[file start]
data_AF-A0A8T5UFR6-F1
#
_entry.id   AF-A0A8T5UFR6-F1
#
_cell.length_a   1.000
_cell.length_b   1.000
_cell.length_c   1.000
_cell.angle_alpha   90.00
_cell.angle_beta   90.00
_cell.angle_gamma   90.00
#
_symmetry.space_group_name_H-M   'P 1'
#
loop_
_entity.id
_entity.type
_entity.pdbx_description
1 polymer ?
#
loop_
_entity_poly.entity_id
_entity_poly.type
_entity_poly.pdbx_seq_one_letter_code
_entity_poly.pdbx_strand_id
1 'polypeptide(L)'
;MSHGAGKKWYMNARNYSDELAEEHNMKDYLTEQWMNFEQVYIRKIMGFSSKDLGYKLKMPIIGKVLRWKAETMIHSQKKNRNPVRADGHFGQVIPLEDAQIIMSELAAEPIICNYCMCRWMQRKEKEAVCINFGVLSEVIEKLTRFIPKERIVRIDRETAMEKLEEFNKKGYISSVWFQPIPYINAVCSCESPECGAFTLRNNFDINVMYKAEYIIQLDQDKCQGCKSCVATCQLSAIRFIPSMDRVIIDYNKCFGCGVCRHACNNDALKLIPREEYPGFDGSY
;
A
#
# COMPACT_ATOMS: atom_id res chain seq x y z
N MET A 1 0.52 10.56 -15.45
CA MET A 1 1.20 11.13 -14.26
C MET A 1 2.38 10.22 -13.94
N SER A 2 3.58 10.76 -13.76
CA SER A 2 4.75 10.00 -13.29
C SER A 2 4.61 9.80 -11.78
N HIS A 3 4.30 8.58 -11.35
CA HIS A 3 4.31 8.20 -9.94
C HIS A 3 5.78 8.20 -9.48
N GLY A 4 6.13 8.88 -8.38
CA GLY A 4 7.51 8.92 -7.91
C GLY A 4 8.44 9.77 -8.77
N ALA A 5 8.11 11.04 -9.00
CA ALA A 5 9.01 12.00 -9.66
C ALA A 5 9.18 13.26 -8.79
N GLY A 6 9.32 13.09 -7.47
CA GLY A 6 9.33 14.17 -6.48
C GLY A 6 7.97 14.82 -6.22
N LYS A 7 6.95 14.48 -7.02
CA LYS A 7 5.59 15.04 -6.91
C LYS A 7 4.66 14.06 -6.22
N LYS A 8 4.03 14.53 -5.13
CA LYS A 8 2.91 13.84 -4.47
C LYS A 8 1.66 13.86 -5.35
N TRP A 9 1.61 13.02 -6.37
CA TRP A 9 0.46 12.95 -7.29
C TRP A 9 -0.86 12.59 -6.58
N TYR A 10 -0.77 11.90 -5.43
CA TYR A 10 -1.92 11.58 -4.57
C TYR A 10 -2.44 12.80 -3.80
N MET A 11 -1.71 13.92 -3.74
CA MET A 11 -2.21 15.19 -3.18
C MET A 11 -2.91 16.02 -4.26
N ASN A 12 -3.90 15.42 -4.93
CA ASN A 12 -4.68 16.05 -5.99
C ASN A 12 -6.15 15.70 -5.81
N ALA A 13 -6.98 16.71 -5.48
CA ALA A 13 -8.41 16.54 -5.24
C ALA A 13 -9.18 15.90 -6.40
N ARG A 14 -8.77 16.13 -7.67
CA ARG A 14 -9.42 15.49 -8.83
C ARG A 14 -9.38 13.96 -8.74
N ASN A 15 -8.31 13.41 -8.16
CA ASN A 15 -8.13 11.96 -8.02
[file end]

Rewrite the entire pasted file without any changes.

data_AF-A0A8T5UFR6-F1
#
_entry.id   AF-A0A8T5UFR6-F1
#
_cell.length_a   1.000
_cell.length_b   1.000
_cell.length_c   1.000
_cell.angle_alpha   90.00
_cell.angle_beta   90.00
_cell.angle_gamma   90.00
#
_symmetry.space_group_name_H-M   'P 1'
#
loop_
_entity.id
_entity.type
_entity.pdbx_description
1 polymer ?
#
loop_
_entity_poly.entity_id
_entity_poly.type
_entity_poly.pdbx_seq_one_letter_code
_entity_poly.pdbx_strand_id
1 'polypeptide(L)'
;MSHGAGKKWYMNARNYSDELAEEHNMKDYLTEQWMNFEQVYIRKIMGFSSKDLGYKLKMPIIGKVLRWKAETMIHSQKKNRNPVRADGHFGQVIPLEDAQIIMSELAAEPIICNYCMCRWMQRKEKEAVCINFGVLSEVIEKLTRFIPKERIVRIDRETAMEKLEEFNKKGYISSVWFQPIPYINAVCSCESPECGAFTLRNNFDINVMYKAEYIIQLDQDKCQGCKSCVATCQLSAIRFIPSMDRVIIDYNKCFGCGVCRHACNNDALKLIPREEYPGFDGSY
;
A
#
# COMPACT_ATOMS: atom_id res chain seq x y z
N MET A 1 0.52 10.56 -15.45
CA MET A 1 1.20 11.13 -14.26
C MET A 1 2.38 10.22 -13.94
N SER A 2 3.58 10.76 -13.76
CA SER A 2 4.75 10.00 -13.29
C SER A 2 4.61 9.80 -11.78
N HIS A 3 4.30 8.58 -11.35
CA HIS A 3 4.31 8.20 -9.94
C HIS A 3 5.78 8.20 -9.48
N GLY A 4 6.13 8.88 -8.38
CA GLY A 4 7.51 8.92 -7.91
C GLY A 4 8.44 9.77 -8.77
N ALA A 5 8.11 11.04 -9.00
CA ALA A 5 9.01 12.00 -9.66
C ALA A 5 9.18 13.26 -8.79
N GLY A 6 9.32 13.09 -7.47
CA GLY A 6 9.33 14.17 -6.48
C GLY A 6 7.97 14.82 -6.22
N LYS A 7 6.95 14.48 -7.02
CA LYS A 7 5.59 15.04 -6.91
C LYS A 7 4.66 14.06 -6.22
N LYS A 8 4.03 14.53 -5.13
CA LYS A 8 2.91 13.84 -4.47
C LYS A 8 1.66 13.86 -5.35
N TRP A 9 1.61 13.02 -6.37
CA TRP A 9 0.46 12.95 -7.29
C TRP A 9 -0.86 12.59 -6.58
N TYR A 10 -0.77 11.90 -5.43
CA TYR A 10 -1.92 11.58 -4.57
C TYR A 10 -2.44 12.80 -3.80
N MET A 11 -1.71 13.92 -3.74
CA MET A 11 -2.21 15.19 -3.18
C MET A 11 -2.91 16.02 -4.26
N ASN A 12 -3.90 15.42 -4.93
CA ASN A 12 -4.68 16.05 -5.99
C ASN A 12 -6.15 15.70 -5.81
N ALA A 13 -6.98 16.71 -5.48
CA ALA A 13 -8.41 16.54 -5.24
C ALA A 13 -9.18 15.90 -6.40
N ARG A 14 -8.77 16.13 -7.67
CA ARG A 14 -9.42 15.49 -8.83
C ARG A 14 -9.38 13.96 -8.74
N ASN A 15 -8.31 13.41 -8.16
CA ASN A 15 -8.13 11.96 -8.02